What if we didn’t have to choose between green and growth?

GLF 2017 Blog Competition
Andrea Cristina Ruiz, Diego de Leon Segovia and Sarah Cruz

Every year there is a global gap of $300 billion for natural capital programs for conservation and sustainable environmental management. While this might seem extremely high amount, this barely represents 0.1% of world wealth – or a fifth of countries total annual expenditures on arms and weapons. Nature conservation projects can generate rates of return of up to 30%, not accounting for the social benefits generally associated to this type of projects. Yet, they are still a greatly unexplored and often overlooked area by the for-profit sector. But let’s not deceive ourselves. Nature conservation is not an unattainable dream, but rather a tangible concept that needs to be harnessed in order to reach its true value.

The business case for financing conservation

Without doubt economic growth needs to feed on natural resources in order to maintain the global production and consumption cycle. But where resource exploitation can be done in sustainable ways – such as sustainable forestry – it is imperative that we, humans, conserve a percentage of these resources within planetary boundaries. This will in turn help us sustain indispensable resources such as clean air and fresh water. Here, it is important to make a business case not only for restoration and sustainable resource management, but also to give value of, and more importantly, capitalize over preserving nature. To many, this will sound utopic, yet, the Sustainable Development Agenda and global support for the Paris Agreement are evidence that nations are committed to organized efforts to sustainability. It is no longer possible to think about growth, without being “green”.

In reality conservation remains greatly underfunded. Today, the majority of conservation efforts depend on public and philanthropic funding. These mechanisms are contingent on the availability of resources. Often, when the money runs out projects are left unattended, compromising conservation. Government financing is susceptible to political changes and budgetary constraints. Fluctuation is less frequent in the philanthropic conservation but is limited in time and quantity. Lack of awareness, technical knowledge, and/or management capacity by conservation areas constrain access to these funds.

It isn’t all bad news.
For two to three decades, multiple international organizations have continued developing a series of financing tools that seek to provide a sustainable source of income to conservation organization. One of the most common talked mechanism are carbon credits, but there are also important examples of conservation bonds linked to resilience and ecosystem services, ecotourism, insurance, and trust funds.

Payment of ecosystem services is one of the most common mechanisms, and will most likely remain an important source of financing. These schemes are also evolving to engage the private sector.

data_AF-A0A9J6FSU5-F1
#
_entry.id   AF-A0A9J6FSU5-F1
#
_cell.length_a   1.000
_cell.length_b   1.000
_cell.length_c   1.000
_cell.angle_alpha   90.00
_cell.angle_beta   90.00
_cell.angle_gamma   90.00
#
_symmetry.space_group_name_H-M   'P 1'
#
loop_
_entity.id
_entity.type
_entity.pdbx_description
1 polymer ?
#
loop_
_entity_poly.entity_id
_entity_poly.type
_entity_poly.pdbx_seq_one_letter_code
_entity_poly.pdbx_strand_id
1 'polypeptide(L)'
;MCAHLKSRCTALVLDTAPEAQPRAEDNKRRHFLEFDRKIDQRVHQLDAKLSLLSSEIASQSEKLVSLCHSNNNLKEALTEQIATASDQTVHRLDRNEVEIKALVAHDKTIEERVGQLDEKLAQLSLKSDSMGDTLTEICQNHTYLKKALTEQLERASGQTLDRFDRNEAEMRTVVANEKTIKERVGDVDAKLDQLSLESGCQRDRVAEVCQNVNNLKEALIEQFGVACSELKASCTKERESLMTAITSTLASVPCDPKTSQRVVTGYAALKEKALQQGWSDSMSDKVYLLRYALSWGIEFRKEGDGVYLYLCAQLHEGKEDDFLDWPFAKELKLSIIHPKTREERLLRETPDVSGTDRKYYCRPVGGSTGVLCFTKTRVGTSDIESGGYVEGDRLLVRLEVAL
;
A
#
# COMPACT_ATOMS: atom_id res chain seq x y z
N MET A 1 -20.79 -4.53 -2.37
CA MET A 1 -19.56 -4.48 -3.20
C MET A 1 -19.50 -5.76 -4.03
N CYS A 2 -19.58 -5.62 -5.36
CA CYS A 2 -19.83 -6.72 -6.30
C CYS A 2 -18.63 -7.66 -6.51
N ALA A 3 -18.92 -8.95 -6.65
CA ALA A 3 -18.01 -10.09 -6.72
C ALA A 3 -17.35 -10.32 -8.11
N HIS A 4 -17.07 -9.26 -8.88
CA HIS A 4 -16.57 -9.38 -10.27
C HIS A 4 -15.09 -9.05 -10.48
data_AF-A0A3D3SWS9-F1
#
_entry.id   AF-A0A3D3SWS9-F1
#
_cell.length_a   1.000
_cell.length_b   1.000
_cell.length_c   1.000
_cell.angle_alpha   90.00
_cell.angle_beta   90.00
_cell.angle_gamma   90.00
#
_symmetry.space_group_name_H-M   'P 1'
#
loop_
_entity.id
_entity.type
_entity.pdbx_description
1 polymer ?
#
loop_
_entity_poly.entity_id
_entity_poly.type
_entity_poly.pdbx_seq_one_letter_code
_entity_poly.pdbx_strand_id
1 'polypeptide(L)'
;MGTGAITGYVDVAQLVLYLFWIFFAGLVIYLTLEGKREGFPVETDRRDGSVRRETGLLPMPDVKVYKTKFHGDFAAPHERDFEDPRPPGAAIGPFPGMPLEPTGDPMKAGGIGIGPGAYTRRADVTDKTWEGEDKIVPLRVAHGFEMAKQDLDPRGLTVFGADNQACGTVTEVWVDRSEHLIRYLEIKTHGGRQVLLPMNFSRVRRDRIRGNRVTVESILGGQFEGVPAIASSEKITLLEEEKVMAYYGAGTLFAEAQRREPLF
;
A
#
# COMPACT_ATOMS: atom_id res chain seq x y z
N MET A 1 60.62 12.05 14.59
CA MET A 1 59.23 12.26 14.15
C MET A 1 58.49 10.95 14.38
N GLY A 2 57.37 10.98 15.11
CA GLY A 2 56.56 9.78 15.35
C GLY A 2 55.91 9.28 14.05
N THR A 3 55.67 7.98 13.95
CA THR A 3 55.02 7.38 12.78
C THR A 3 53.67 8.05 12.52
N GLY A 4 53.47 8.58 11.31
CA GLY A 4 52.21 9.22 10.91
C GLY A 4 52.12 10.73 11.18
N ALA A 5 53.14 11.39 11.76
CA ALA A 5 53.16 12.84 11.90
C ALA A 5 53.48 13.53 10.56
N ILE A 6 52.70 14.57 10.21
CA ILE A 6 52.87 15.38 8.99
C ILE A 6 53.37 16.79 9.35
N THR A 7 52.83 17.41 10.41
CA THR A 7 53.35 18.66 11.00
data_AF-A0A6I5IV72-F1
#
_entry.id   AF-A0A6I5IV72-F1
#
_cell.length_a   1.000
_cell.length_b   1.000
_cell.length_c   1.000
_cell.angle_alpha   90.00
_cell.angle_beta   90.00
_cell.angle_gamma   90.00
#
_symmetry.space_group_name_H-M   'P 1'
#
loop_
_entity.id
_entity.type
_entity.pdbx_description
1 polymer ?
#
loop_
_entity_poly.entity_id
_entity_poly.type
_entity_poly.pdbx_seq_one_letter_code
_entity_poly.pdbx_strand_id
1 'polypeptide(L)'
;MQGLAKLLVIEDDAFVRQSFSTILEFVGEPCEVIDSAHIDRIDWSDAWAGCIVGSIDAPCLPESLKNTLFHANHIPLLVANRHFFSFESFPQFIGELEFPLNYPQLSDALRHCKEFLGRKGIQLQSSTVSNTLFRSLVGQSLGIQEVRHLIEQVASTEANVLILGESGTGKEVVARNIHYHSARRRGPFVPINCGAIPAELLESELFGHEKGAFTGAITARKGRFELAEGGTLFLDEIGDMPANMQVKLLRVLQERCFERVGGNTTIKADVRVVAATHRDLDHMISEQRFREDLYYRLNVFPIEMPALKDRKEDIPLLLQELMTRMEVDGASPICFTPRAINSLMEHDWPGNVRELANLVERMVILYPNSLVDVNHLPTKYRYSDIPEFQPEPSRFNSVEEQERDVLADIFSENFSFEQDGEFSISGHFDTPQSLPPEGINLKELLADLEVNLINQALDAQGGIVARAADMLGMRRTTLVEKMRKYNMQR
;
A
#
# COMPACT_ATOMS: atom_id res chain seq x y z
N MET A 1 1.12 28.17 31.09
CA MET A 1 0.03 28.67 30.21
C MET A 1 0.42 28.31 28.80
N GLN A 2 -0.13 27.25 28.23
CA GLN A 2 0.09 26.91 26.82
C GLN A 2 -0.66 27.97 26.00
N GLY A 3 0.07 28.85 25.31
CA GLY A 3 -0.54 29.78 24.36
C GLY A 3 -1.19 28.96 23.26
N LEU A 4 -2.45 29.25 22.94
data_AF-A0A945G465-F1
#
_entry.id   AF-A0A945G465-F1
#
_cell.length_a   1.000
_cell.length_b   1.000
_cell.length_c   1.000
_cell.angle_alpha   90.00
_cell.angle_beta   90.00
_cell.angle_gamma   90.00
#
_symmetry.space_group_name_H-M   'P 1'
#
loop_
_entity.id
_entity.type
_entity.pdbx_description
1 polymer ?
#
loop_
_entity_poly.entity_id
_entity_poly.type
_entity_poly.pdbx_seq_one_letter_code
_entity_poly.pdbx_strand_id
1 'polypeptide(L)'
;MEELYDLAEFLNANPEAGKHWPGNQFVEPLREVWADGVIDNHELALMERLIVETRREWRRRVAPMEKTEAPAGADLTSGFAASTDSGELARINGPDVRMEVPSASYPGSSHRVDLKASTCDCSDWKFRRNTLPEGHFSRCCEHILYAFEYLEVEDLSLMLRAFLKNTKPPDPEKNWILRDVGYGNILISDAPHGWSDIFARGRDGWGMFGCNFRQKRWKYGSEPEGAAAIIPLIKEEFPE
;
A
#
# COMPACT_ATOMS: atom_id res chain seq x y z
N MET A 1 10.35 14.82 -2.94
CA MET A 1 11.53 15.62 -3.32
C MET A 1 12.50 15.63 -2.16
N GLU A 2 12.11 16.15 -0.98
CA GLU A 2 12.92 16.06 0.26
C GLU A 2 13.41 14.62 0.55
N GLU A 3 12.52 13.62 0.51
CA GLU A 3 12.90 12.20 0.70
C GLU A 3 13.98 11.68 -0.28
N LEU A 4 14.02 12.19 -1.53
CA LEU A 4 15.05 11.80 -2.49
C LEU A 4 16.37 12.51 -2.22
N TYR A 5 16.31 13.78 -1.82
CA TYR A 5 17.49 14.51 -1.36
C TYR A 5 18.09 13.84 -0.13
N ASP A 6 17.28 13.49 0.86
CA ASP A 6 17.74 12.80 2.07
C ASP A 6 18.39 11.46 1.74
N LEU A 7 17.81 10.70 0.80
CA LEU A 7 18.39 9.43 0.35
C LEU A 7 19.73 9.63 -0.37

Carbon credits are considered prominent and promising funding sources; however, they require high up-front investment and technical expertise to build a baseline, continuous capacity building to comply with creditor and broker´s standards, whether they be REDD other source. Managing areas and resources with accountability also requires significant investment in monitoring and evaluation systems to remain transparent.

Trust funds have demonstrated to be a sustainable mechanism for conservation finance as dividends from investments and are accessible to small, private conservation areas. They also require less time to be developed and implemented once the initial investment is made.

Ecotourism is also a sustainable alternative for areas with attractions like endemic species or unique landscapes and have basic infrastructure including roads, bathrooms. Initiatives to finance conservation by creating ecotourism destinations can benefit from international organizations support. The Rainforest Alliance and WWF help communities build conservation-based concessions that alleviate the cost of project development and management, and provide certification to back the projects.

Though ecotourism is promising, it is not a secure source of funding for all reserves. The presence of a charismatic endemic species can attract funds but also poachers. Proximity to roads can increase ecotourism potential while multiplying threats to conservation. Land rights, governance, and poverty present unique challenges. Stakeholder engagement can vary as well, with discrete impacts on conservation outcomes.

It goes without saying: obtaining sustainable financing conservation remains a challenge. Steps towards achieving sustainable environmental development involve increasing awareness of existing opportunities and actively working on innovative mechanisms. To build momentum, finance tools funding restoration must be stimulated and private sector investment unlocked. After all, without forest and oceans, there is neither Paris Agreement nor sustainable development.

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